UK lender Lloyds sells Irish commercial loans to group of investors

UK bank Lloyds sold a portfolio of impaired Irish commercial loans to a group of investors including Bank of Ireland for about £827 million. The sale, which was expected to close by the end of the year, would cut the banking group's exposure to Irish commercial assets to less than £30 million.

The consortium also counts Ennis Property Finance, an entity affiliated to Goldman Sachs and Feniton Property Finance, an entity affiliated to CarVal, a private equity group among its members.

Bank of Ireland would acquire a portfolio of around € 200 million performing commercial loans, comprising over 650 customers in the SME and CRE sectors.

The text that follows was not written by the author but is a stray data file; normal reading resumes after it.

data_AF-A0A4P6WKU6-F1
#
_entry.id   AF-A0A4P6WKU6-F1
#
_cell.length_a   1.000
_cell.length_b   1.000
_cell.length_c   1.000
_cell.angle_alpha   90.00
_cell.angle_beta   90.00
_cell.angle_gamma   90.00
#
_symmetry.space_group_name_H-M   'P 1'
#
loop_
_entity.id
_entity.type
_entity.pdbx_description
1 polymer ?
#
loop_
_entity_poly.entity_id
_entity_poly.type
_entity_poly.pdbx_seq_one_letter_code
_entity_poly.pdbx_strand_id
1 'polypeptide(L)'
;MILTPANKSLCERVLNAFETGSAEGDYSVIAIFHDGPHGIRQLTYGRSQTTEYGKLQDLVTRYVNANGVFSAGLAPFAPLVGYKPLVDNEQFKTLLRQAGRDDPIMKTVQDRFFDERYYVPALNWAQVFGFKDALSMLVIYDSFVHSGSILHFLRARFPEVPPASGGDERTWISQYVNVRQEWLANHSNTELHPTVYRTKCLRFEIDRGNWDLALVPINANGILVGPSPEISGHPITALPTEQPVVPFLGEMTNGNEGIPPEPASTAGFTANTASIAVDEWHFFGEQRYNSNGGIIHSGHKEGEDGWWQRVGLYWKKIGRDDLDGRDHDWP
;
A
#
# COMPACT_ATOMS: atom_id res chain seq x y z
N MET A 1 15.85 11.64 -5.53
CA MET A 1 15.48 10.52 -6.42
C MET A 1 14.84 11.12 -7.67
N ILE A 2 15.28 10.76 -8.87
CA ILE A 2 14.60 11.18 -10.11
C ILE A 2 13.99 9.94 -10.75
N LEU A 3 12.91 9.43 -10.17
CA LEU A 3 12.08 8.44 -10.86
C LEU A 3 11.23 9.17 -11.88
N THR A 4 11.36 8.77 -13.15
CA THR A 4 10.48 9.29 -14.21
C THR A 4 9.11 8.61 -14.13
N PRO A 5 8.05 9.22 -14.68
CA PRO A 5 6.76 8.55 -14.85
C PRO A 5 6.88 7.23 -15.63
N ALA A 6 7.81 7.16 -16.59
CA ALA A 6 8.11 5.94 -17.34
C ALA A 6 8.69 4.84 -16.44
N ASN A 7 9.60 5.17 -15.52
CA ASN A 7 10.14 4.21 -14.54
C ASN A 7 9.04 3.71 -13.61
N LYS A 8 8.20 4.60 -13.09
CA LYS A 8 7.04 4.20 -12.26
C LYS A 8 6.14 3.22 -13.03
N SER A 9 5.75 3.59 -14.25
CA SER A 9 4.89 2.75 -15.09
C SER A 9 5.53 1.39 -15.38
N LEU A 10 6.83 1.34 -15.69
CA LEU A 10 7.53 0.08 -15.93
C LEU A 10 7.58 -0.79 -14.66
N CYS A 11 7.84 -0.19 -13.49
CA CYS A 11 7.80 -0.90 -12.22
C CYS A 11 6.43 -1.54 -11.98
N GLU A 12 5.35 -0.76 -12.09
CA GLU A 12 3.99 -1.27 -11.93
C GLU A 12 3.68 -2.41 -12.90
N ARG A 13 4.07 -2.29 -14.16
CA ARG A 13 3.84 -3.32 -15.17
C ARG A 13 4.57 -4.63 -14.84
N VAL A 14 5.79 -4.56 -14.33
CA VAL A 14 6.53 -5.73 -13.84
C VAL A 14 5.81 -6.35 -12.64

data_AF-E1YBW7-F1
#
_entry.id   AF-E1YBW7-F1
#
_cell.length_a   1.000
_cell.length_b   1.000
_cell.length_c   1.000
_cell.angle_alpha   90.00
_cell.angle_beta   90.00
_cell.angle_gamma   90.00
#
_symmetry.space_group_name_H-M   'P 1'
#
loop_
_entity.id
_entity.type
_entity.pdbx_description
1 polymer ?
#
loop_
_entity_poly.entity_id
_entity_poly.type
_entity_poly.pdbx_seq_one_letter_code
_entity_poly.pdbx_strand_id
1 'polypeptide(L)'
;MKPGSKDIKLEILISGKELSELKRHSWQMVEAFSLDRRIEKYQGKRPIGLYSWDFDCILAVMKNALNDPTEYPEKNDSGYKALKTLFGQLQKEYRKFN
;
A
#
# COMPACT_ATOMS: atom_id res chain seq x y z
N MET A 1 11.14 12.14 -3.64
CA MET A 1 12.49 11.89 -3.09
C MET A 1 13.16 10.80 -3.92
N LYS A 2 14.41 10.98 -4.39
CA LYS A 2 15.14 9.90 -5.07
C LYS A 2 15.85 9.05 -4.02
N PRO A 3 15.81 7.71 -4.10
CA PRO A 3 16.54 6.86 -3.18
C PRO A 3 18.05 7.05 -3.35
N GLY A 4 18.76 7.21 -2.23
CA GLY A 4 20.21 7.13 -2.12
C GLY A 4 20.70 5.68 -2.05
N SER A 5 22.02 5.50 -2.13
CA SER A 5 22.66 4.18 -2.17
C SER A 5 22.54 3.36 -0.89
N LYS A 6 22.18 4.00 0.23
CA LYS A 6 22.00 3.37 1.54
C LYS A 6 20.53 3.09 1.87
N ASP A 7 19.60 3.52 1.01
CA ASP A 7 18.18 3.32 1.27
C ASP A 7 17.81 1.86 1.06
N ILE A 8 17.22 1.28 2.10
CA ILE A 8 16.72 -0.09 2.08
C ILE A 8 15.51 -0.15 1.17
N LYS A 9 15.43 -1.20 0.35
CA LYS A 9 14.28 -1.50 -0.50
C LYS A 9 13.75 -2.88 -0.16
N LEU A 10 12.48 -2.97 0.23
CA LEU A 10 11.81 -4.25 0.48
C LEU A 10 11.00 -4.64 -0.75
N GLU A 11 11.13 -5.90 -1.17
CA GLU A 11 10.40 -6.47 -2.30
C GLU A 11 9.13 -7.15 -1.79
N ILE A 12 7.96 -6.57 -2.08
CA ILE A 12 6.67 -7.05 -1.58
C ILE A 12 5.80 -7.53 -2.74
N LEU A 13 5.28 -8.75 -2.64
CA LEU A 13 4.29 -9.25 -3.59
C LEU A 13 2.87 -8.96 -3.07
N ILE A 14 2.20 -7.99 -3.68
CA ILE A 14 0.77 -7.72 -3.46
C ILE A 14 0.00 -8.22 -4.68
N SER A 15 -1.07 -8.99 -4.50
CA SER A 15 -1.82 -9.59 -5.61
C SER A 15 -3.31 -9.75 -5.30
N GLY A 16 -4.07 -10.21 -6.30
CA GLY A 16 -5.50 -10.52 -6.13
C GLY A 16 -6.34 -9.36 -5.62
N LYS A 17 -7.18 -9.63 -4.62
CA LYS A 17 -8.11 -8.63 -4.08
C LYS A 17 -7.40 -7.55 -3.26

According to Mark Cunningham, director of Bank of Ireland Business Banking, the acquisitions demonstrated the bank's ongoing focus on further growing and developing its strong position in serving the business banking sector in Ireland.

The value of the assets in the portfolio was £2.6 billion, of which £2.3 billion were impaired. In the year to 31 December 2014 the portfolio generated pre-tax losses of around €130 million.

Lloyds said in a statement that it would use the proceeds for general corporate purposes and the transaction was not expected to have a material impact on the group but would be capital accretive.

The loss from the assets was £ 130 million in 2014.

According to Lloyds the transaction was not expected to have a material impact on it, but would add about 7 basis points to its capital ratios.

This comes as the latest Irish loan sale by Lloyds, which had been steadily reducing its Irish exposure since the crash.

Goldman Sachs and CarVal meanwhile had bought several Irish assets in recent years.